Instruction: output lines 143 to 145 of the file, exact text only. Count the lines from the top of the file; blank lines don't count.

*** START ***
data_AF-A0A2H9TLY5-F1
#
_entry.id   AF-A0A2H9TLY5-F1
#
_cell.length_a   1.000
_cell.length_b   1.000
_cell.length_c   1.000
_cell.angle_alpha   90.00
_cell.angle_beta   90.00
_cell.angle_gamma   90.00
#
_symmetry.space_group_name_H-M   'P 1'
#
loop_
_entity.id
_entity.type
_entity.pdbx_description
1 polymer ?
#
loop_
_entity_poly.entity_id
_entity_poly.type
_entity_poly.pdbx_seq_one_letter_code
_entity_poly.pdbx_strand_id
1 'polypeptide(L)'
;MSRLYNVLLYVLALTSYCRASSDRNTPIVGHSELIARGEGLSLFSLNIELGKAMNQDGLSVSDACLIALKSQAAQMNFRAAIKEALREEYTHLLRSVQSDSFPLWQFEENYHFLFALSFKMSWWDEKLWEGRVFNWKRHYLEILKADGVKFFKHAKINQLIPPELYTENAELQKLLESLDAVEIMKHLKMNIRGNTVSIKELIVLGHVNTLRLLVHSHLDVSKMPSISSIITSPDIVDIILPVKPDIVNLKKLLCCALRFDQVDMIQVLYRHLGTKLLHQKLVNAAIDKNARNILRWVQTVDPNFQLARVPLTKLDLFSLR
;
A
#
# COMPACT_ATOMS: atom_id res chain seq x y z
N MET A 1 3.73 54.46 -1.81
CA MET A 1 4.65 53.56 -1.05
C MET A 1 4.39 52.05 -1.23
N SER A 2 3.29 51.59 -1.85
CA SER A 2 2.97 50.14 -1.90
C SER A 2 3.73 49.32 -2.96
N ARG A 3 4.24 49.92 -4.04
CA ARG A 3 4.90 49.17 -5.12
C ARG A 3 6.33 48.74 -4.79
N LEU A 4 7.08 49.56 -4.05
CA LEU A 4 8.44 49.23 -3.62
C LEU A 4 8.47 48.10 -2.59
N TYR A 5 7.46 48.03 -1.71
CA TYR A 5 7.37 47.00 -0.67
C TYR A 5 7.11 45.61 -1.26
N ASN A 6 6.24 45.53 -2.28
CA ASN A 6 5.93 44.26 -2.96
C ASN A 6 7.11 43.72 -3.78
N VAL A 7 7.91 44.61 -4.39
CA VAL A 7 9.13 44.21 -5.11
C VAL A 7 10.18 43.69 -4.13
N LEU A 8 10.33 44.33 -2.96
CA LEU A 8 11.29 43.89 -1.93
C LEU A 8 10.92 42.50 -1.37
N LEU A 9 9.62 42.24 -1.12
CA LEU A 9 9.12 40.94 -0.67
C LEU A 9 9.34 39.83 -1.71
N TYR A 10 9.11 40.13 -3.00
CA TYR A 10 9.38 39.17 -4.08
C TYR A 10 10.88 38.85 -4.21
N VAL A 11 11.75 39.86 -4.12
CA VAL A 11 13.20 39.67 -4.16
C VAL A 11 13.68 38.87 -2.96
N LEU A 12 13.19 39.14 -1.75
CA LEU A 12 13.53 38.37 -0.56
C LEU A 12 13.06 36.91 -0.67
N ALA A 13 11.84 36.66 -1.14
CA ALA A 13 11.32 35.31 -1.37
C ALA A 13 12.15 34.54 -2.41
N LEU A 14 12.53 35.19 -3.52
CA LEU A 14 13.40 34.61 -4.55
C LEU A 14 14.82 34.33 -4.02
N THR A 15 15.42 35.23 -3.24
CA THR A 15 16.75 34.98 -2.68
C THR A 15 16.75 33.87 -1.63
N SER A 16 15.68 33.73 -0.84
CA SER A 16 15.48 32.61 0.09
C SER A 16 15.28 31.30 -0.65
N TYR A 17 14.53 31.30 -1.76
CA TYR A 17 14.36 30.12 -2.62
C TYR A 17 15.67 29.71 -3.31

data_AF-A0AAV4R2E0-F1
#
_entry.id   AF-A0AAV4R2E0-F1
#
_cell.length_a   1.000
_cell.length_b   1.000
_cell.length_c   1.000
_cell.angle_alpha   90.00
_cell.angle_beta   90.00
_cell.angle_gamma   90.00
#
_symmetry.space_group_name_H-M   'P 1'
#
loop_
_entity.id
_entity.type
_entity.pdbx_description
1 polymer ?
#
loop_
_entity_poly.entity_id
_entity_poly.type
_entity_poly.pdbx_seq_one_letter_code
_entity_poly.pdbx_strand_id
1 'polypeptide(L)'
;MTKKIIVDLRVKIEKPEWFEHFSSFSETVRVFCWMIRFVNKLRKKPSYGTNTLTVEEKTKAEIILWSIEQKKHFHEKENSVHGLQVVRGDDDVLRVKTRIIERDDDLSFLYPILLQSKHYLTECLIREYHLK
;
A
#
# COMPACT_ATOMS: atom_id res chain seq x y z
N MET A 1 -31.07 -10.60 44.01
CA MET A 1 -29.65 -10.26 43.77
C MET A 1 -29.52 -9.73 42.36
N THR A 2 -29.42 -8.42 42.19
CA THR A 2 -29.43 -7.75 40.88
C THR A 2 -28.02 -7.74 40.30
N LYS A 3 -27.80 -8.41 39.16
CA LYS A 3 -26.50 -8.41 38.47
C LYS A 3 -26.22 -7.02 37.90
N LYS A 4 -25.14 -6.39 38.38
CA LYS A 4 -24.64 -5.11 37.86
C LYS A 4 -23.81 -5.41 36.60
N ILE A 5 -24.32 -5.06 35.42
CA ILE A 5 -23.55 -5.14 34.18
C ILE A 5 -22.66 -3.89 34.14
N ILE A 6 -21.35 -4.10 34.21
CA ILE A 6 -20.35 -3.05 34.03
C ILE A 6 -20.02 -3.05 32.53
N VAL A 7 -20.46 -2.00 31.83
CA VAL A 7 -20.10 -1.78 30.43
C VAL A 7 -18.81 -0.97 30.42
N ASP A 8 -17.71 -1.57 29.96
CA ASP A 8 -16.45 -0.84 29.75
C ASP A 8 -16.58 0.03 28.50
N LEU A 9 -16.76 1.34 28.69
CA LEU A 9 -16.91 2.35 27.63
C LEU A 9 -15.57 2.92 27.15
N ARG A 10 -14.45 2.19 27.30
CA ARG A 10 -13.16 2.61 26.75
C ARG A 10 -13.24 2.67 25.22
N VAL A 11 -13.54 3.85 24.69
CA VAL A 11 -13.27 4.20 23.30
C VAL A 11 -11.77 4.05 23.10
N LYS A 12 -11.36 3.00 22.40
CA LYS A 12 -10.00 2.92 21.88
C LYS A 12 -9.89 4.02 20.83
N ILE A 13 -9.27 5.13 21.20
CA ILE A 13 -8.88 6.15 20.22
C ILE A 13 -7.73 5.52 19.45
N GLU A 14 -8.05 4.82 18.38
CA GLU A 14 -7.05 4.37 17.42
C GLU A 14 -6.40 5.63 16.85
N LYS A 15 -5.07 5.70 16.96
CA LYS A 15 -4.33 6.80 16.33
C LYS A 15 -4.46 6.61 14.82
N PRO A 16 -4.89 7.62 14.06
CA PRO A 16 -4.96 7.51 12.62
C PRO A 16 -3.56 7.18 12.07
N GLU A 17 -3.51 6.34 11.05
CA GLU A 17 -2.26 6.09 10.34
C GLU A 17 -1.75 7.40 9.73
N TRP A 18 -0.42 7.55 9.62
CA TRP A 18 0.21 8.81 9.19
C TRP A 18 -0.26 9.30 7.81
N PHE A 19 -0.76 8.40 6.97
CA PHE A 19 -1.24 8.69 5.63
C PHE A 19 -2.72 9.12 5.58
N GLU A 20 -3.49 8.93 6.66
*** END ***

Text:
CA VAL A 11 -13.27 4.20 23.30
C VAL A 11 -11.77 4.05 23.10
N LYS A 12 -11.36 3.00 22.40